Best Practices

Network Kansas: When E-mail Isn't Enough

Published Sep 04, 2014

by: Anne Dewvall

Men-talking-by-Flickr-user-Andrew-Creative-CommonsIn today’s world, it’s important to be fluent in virtual communication. From e-mail to instant messages, social media to webinars, there are dozens of ways to stay in touch with coworkers and clients across the globe. Face-to-face interactions are still important in business.

Think of the deals signed over drinks or agreements reached during a round of golf. Most interviews end with an in-person event, even if the employee will be based outside the office. Humans absorb a wealth of information from an in-person interaction via body language, vocal inflection, and eye contact. But there are times when a face-to-face interaction isn’t just a bonus; it’s necessary.

Erik Pedersen directs a statewide entrepreneurship program in Kansas (the E-Community Partnership) and has found that there are times when in-person interactions saved a situation that was heading south quickly.

When a community ran into significant issues dealing with loan funds, “I would travel to their meeting to meet it head on,” explained Pedersen. “We’d first address the matter at hand, but then we’d spend the rest of our time talking through the issues and whether the policy in place was truly the best.”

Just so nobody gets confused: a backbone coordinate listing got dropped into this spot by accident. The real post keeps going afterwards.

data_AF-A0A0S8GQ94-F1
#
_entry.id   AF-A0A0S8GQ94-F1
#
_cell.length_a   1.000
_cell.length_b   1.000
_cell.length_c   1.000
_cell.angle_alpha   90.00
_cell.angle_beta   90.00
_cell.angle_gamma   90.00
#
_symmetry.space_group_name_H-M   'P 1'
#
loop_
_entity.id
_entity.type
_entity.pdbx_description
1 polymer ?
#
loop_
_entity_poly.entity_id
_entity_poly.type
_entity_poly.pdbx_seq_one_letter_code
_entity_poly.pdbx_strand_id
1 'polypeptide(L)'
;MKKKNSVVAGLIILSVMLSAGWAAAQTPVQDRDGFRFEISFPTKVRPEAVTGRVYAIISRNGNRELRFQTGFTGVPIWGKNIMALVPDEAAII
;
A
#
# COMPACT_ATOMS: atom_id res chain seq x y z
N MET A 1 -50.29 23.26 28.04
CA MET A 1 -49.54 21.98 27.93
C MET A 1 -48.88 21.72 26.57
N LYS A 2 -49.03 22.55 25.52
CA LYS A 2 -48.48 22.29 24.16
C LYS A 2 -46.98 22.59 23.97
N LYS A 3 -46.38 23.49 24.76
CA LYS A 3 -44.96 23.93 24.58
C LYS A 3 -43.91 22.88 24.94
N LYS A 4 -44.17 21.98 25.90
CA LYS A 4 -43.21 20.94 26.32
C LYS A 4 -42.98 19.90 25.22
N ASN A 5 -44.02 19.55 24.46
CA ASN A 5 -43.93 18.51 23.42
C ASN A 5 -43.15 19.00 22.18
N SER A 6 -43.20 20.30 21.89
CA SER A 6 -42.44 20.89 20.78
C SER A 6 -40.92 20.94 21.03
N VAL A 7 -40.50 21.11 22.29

These face-to-face meetings didn’t just solve problems; they built trust.

“A large part of how the [program] looks is due to those early face-to-face meetings. Had we not developed a trusting relationship, that would not have been possible, and I guarantee it wouldn't have been possible over email.”

In another case, Pedersen related how he made an effort to visit a community two hours away and off the beaten track. “I’d stop and have coffee or lunch."

When an issue involving loan repayments arose, Pedersen drove to meet the group. “As with any issue that is significant at all, I believe in handling it face-to-face.”

Although the group didn’t like the way the situation was resolved, the meeting still resulted in a positive outcome.

“I am convinced that because we were all in the same room together, we not only reached a mutual understanding, but developed a better professional relationship as well.”

While e-mail is an effective means of quick communication, face-to-face meetings still present a wealth of benefits for businesses. Face-to-face communication facilitates relationship building, creates trust, and provides brainstorming opportunities. Perhaps most importantly, good face-to-face relationships will translate to better virtual communication. No need for emoticons when you can imagine the sender’s tone of voice thanks to your many great conversations.

Photo credit: Flickr user Andrew (Creative Commons)

Content contributed by Anne Dewvall, Network Kansas. Network Kansas is a proud affiliate of U.S. SourceLink, America’s largest resource network for entrepreneurs